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Re: Powdered milk...
« Reply #3 on: September 14, 2005, 10:02:42 AM »
Ron,

I wouldn't throw away the dried milk you have. It has many uses besides use in a pizza dough. However, if you want to try it in pizza dough, reconstitute it in water (you can use some of the water in the recipe) and heat it to the point of boiling (but be careful that it doesn't scorch or boil over) and let it cool. If there was any enzyme or protein that would cause a problem in the dough, it most likely will be disabled, just as with fresh milk. You may have to adjust the total liquid content of the recipe to compensate for some loss of water through evaporation during the boiling of the reconstituted dry milk.

Peter

Offline Ronzo

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Re: Powdered milk...
« Reply #4 on: September 14, 2005, 11:21:47 AM »
Just when I thought I had to chuck it, you save the day, Pete.

What would I do without you man?
;D


So... where do you get the baker's stuff? Know any good places on line (that I don't have to buy 50 pounds of it at a time ;D ), because I highly doubt I'll find it here in town.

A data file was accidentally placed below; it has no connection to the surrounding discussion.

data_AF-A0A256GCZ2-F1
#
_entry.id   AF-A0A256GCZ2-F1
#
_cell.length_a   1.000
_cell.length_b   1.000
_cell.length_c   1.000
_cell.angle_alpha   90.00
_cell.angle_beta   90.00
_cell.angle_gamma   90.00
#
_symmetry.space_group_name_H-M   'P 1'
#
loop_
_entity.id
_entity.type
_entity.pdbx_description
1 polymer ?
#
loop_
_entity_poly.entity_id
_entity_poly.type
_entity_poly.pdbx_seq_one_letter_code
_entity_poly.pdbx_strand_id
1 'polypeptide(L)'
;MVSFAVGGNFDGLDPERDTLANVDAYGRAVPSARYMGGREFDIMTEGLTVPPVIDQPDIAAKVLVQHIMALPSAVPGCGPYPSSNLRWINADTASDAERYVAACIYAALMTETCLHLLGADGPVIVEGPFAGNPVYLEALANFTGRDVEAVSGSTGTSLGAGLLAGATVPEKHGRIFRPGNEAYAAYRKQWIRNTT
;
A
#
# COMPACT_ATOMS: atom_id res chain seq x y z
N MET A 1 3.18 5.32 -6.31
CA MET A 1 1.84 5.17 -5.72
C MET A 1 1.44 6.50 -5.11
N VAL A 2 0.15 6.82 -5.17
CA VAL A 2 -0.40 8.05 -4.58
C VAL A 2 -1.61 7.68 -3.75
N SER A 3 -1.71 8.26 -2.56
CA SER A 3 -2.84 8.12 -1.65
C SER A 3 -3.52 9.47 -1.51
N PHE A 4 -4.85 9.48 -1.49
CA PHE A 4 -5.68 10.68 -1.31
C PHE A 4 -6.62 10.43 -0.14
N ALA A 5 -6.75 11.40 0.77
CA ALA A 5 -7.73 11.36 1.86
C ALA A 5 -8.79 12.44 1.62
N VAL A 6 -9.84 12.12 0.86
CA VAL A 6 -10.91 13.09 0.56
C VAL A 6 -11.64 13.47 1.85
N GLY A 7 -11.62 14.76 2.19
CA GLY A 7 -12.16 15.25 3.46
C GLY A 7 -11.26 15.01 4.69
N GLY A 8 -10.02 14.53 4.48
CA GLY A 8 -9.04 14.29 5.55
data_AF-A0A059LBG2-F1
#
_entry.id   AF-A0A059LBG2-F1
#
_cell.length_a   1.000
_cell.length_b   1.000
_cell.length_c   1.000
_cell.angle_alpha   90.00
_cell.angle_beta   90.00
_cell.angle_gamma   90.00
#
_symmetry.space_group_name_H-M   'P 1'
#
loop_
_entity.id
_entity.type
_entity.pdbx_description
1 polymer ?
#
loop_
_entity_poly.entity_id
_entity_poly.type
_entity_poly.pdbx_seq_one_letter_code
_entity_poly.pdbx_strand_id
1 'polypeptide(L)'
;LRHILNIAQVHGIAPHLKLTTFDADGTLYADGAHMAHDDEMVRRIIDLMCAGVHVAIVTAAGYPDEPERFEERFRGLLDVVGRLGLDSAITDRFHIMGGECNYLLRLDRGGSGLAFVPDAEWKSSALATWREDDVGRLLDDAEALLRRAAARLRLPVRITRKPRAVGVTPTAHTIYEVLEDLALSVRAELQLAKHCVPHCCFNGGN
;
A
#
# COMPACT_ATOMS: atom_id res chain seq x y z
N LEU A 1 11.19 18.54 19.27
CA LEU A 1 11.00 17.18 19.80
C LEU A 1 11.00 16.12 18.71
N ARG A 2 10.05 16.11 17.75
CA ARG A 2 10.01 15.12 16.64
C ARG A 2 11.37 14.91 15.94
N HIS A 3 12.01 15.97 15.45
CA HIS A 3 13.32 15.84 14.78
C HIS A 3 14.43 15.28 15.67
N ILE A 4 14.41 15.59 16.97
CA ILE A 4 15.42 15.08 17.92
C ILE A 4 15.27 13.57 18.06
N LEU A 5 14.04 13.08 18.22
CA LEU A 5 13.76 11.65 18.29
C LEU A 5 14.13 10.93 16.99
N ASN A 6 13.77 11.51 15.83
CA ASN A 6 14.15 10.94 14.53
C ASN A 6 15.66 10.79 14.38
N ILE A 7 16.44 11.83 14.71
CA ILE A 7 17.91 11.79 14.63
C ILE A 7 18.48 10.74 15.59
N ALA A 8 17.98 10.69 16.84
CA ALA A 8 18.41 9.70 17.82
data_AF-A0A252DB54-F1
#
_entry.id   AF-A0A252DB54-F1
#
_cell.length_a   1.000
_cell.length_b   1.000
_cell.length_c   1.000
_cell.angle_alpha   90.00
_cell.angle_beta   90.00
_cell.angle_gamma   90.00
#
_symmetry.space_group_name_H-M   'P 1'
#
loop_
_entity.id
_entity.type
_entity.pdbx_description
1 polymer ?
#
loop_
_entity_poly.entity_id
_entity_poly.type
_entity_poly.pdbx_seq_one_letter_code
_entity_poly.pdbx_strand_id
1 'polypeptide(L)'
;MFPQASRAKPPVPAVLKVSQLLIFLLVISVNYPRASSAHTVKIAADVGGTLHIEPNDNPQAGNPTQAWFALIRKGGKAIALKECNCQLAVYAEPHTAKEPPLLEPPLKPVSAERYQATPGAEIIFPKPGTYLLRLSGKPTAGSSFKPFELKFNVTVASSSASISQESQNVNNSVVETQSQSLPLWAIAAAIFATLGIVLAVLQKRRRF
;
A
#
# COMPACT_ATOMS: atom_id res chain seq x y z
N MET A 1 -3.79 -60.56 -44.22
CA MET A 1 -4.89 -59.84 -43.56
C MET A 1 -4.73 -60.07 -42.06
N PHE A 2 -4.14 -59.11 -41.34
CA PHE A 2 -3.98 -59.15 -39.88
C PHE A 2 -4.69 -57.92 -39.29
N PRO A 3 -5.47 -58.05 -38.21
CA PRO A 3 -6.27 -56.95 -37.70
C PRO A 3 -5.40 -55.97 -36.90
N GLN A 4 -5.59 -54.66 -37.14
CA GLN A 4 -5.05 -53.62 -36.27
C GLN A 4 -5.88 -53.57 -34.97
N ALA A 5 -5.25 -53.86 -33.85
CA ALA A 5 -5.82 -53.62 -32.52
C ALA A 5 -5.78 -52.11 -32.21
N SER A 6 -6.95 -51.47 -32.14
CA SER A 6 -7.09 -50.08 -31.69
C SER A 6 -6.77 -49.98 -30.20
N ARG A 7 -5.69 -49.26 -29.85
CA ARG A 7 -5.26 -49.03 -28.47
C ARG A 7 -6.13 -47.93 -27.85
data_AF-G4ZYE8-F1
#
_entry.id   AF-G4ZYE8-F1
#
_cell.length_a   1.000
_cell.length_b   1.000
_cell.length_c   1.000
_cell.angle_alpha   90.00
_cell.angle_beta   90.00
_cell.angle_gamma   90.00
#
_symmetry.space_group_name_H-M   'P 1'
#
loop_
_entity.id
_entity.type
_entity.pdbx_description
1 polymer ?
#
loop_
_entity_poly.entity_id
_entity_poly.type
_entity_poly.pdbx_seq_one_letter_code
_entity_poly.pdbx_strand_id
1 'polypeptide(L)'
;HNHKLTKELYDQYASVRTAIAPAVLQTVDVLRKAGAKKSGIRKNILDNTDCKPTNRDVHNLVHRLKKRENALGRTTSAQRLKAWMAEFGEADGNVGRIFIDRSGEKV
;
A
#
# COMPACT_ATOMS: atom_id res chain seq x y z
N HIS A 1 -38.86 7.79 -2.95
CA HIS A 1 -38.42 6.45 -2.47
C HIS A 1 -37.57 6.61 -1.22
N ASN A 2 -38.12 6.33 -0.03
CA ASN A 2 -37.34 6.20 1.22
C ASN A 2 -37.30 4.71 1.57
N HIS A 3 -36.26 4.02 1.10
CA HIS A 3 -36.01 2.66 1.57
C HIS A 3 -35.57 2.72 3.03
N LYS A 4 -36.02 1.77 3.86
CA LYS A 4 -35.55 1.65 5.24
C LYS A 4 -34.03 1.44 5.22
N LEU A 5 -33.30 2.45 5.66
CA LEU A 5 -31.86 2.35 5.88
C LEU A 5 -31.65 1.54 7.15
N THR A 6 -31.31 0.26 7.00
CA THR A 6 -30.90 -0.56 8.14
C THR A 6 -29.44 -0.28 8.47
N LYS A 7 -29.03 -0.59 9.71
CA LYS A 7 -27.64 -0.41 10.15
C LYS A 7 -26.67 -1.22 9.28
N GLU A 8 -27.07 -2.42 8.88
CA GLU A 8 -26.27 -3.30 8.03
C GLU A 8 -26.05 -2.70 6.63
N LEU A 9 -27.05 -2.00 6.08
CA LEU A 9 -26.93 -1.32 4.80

Fuggheddabowdit!

~ Ron

Former NY'er living in Texas
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Offline Pete-zza

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Re: Powdered milk...
« Reply #5 on: September 14, 2005, 01:20:00 PM »
Ron,

I personally wouldn't bother. You could inquire at the Whole Foods to see if what they sell in their bin is baker's grade, but I doubt that they will know. It's too fine a level of detail. However, they should be able to tell you who their supplier is (I've asked questions like this before at Whole Foods) and you might be able to call the supplier and ask them. The baker's grade dry milk is sold by bakery ingredients suppliers, usually in 50-lb bags. Although I have never checked, there may be places online where you can buy it in user-friendly quantities, but I would want to confirm exactly what I would be getting, that is, it is high-heat baker's grade.

The main reason why some pizza makers use the dry milk is for crust browning purposes. As I indicated earlier, if that is what you want, dairy whey is perhaps a better choice. It is also cheaper, both for professionals and for home pizza makers like ourselves. I found the dairy whey in the Whole Foods bin. There is also a baker's grade dairy whey powder, but I found the Whole Foods whey powder to work very well for my purposes (for browning without adding sweetness). Tom Lehmann says he doesn't understand why bakers choose to use any milk products in pizza doughs. He usually recommends dairy whey instead if it is better crust browning that is desired.